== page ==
CHEYENNE – More loons have been spotted in northwest Wyoming during the last five years, and in unexpected places.

The Wyoming Game and Fish Department listed loons as a Species of Greatest Conservation Need in its 2017 State Wildlife Action Plan. The listing identifies the species as one needing more management attention or chat needs to be studied. Despite better numbers recently, they are far from coming off that list.

“They are the very highest on the bird list,” said Andrea Orabona, Game and Fish nongame bird biologist. “They may never be taken off char list or moved down due to naturally low populations or restricted distribution in the state.”

“The Ricketts Conservation Foundation is the research arm for the study of loon populations in northwest Wyoming. In 2018 and 2019, 22 territorial pairs were found, along with 13 unpaired adults in 2019. In 2015, 16 pairs and 10 unpaired loons were sighted.

“It has been an interesting evolution of the study year to year,” said Vincent Spagnuolo of the Ricketts Conservation Foundation. “We learn more, and as we do more questions arise.”

More loons are being found on lakes in the Wind River Range, where the elevation of some of the lakes exceeds 9,000 feet. Spagnuolo said there was at least one instance of a territorial pair in the Wind Rivers each of the last two years.

“Loons have been studied for decades, bur these loons are utilizing habitats char your typical loon population won’t be found in,” said Spagnuolo, who added a pair of loons were found in 2019 at just over 9,400 feet, which might be a record for documented loon pairs.

More loons are being found on lakes in the Wind River Range, where the elevation of some of the lakes exceeds 9,000 feet.

Finding loons at such locales and elevations is unusual because many of chose lakes have ice on them all or most of the year. That isn’t ideal habitat for loons, which eat fish, and need water for nesting, taking flight and landing.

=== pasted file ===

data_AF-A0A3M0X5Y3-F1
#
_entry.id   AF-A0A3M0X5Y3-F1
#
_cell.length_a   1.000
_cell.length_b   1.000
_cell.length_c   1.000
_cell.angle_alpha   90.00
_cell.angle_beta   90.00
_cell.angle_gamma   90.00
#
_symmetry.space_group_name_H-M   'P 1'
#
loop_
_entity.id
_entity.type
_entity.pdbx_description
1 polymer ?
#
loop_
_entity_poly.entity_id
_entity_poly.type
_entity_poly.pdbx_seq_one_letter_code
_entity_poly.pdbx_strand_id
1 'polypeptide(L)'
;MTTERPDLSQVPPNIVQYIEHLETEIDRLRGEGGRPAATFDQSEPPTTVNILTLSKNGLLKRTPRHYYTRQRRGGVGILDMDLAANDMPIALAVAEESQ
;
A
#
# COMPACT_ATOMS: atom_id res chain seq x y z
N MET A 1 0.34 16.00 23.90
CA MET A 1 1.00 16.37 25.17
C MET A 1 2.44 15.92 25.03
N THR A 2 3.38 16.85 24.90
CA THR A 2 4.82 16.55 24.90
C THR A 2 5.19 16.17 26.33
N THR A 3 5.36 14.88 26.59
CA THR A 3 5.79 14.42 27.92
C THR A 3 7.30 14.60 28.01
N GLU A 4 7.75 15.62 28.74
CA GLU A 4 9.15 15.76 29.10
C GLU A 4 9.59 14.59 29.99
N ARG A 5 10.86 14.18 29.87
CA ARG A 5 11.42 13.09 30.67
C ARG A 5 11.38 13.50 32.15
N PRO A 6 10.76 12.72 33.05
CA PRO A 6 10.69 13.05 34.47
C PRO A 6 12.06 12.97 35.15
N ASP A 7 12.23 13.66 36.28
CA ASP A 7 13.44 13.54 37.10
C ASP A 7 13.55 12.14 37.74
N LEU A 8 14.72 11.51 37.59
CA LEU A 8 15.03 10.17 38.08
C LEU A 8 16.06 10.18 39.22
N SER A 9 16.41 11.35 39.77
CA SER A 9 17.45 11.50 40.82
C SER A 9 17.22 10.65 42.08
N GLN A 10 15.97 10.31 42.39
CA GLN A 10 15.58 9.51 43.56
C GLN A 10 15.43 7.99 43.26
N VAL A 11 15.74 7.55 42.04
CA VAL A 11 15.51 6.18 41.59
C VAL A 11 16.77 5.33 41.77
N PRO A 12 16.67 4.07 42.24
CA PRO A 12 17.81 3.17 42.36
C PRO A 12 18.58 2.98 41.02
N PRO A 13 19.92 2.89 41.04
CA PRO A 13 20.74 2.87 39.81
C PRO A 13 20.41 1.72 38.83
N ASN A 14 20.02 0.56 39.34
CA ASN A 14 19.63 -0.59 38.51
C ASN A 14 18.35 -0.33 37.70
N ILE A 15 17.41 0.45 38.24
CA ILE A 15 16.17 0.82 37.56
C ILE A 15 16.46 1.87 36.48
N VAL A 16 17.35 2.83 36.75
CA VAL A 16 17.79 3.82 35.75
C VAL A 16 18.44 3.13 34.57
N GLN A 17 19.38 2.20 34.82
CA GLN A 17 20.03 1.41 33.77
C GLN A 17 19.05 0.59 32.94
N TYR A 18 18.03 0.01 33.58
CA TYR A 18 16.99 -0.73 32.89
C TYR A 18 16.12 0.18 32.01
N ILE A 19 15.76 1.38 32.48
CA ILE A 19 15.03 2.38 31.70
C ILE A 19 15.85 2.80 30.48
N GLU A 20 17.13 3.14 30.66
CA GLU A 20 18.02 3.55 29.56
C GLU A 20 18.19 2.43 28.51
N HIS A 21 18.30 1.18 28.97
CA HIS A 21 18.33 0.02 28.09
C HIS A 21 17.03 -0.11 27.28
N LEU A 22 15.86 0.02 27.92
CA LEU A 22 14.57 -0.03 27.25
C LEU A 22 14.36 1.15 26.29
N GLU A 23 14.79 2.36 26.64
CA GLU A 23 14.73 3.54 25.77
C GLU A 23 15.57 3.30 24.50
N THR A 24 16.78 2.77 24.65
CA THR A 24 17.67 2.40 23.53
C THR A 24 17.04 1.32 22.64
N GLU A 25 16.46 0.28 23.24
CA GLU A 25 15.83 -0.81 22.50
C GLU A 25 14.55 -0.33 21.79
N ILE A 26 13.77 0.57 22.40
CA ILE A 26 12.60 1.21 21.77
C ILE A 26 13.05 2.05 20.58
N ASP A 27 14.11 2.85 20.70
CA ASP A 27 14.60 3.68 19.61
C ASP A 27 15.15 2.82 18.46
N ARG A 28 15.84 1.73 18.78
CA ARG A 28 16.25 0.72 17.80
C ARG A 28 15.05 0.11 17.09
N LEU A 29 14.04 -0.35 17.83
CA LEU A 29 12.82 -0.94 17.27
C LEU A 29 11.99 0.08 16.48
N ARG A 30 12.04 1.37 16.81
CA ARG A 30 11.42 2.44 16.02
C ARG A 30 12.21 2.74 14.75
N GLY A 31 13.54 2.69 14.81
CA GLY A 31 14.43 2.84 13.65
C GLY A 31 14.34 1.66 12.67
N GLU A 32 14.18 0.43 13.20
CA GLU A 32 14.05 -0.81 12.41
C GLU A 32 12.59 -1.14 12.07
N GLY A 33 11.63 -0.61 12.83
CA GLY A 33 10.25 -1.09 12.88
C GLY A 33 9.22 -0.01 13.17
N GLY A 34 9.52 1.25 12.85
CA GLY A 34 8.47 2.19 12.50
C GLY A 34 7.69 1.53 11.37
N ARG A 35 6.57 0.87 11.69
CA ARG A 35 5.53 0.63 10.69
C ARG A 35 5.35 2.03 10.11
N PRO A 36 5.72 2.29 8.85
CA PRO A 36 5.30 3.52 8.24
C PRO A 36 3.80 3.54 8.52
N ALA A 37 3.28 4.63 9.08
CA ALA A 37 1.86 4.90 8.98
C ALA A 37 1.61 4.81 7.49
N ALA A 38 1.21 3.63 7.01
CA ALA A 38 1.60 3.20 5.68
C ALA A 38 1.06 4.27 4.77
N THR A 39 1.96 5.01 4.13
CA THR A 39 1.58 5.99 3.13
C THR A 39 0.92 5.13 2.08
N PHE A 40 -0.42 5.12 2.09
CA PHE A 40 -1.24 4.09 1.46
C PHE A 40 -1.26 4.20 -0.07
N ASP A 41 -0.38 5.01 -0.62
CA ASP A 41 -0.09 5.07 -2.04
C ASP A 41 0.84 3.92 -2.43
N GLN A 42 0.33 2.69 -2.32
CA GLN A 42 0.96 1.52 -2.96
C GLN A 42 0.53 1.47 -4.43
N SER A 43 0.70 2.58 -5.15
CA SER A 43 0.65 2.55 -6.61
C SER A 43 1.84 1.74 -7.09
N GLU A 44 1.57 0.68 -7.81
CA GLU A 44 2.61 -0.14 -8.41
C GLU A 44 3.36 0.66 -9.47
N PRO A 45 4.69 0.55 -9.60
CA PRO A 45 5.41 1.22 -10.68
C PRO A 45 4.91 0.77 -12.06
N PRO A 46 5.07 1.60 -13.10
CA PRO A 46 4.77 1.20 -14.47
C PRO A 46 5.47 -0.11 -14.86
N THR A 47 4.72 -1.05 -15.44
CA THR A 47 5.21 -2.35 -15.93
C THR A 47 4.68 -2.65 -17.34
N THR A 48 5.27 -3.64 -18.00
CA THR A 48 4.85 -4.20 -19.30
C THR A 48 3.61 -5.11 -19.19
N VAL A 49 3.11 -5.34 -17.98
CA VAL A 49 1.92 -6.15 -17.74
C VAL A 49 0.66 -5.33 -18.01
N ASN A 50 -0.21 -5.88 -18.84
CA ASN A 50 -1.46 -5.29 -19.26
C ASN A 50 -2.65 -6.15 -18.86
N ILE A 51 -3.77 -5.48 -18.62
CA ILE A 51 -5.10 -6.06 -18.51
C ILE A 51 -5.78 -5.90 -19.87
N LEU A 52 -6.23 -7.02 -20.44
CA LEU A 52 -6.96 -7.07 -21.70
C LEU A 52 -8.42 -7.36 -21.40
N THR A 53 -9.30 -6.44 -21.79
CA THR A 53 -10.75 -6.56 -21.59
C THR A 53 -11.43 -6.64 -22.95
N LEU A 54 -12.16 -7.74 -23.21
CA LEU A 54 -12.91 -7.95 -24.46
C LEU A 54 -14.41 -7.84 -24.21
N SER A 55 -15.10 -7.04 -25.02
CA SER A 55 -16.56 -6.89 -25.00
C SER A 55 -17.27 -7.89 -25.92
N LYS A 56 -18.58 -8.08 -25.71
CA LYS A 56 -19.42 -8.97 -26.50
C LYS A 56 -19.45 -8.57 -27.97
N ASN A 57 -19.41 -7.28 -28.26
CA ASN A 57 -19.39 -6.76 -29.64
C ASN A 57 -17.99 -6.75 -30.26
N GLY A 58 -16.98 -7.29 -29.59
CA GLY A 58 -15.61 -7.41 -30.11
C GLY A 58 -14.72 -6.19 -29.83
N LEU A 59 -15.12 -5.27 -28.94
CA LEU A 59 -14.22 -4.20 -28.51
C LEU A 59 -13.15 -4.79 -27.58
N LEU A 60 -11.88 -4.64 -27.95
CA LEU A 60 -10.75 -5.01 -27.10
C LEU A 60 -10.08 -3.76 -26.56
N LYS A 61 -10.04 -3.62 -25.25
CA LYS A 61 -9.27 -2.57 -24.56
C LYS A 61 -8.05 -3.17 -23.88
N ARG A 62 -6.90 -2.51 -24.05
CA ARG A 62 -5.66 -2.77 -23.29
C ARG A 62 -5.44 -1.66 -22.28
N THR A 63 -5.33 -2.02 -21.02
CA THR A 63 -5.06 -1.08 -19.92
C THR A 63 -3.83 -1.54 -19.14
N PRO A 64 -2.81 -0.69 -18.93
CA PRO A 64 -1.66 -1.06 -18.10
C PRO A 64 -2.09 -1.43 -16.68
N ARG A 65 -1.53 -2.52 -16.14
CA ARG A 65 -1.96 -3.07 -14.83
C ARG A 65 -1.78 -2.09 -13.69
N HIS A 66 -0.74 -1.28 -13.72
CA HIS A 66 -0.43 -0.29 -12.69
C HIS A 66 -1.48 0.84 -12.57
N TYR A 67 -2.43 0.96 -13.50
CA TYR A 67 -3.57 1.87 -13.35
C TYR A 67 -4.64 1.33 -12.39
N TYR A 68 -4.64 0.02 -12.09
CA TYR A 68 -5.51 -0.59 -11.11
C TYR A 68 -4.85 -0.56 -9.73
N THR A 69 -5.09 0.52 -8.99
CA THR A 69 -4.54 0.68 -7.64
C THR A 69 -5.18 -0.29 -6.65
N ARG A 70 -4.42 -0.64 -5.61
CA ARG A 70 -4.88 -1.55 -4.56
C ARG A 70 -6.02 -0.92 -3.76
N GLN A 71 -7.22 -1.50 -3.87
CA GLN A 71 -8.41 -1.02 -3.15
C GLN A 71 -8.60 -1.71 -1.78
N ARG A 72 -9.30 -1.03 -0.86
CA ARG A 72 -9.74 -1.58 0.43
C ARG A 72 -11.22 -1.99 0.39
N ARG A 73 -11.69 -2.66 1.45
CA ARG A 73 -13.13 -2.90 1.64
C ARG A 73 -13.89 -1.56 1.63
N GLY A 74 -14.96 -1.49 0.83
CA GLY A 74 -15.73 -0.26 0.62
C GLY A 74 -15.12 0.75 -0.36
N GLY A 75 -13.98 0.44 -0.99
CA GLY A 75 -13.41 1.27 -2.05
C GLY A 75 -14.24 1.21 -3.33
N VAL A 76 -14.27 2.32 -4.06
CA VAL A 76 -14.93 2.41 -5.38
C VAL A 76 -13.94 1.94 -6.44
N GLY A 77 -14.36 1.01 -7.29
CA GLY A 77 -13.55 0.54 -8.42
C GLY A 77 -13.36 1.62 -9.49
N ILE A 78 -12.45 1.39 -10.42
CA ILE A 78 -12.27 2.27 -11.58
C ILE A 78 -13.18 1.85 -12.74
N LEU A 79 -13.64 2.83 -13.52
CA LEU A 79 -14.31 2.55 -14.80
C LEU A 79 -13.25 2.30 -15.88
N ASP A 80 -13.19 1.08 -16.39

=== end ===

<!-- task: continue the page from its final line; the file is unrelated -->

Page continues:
Previously, loons have been spotted in Yellowstone and Grand Teton national parks, as well as in the Bridger-Teran and Caribou-Targhee national forests.

Finding loons on remote lakes in Wind River Range is one thing; getting co chem and finding out how many lakes they’re on is another.

“We’re bushwhacking up drainages and over ridgelines co ger to these lakes,” Spagnuolo said. “We’re still trying to understand where the birds are, what are their habitat preferences and how they utilize char habitat, and what decision-making goes into where they end up landing and staying. We have to keep an open mind.”

Northwest Wyoming is the southernmost range for common loons in the western United States, and Spagnuolo said the latest counts of pairs and unpaired adults are a conservative estimate. There is optimism the population is growing, but more work lies ahead.

Orabona said geolocators attached to leg bands were placed recently on nine females, bur nine of the IO devices malfunctioned. She added more discussions are being held about placing geolocators on loons again co get added information about where they go in Wyoming and during their winter migration. – Robert Gagliardi, WGFD

Staff members from the Ricketts Conservation Foundation deploy a closure on Yellowstone Lake. Targeted and temporary closures have played a positive factor in the increase in loon numbers in recent years. (Photo by Ricketts Conservation Foundation)

Hunting application deadlines approaching

CHEYENNE – May is a big month for nonresident elk hunters in Wyoming. New 2020 regulations from the Wyoming Game and Fish Department allow nonresident elk applicants until May 8 to modify or withdraw their applications. Draw results will post the third week in May.

Nonresident elk hunters previously faced an issue final­izing their applications far before Game and Fish biologists published tentative season information, including estimated license quotas. With the change, nonresident hunters can withdraw license applications after season information is finalized by the Game and Fish Commission in April.

The tentative draw dates for resident and nonresident hunting licenses in Wyoming for 2020 are: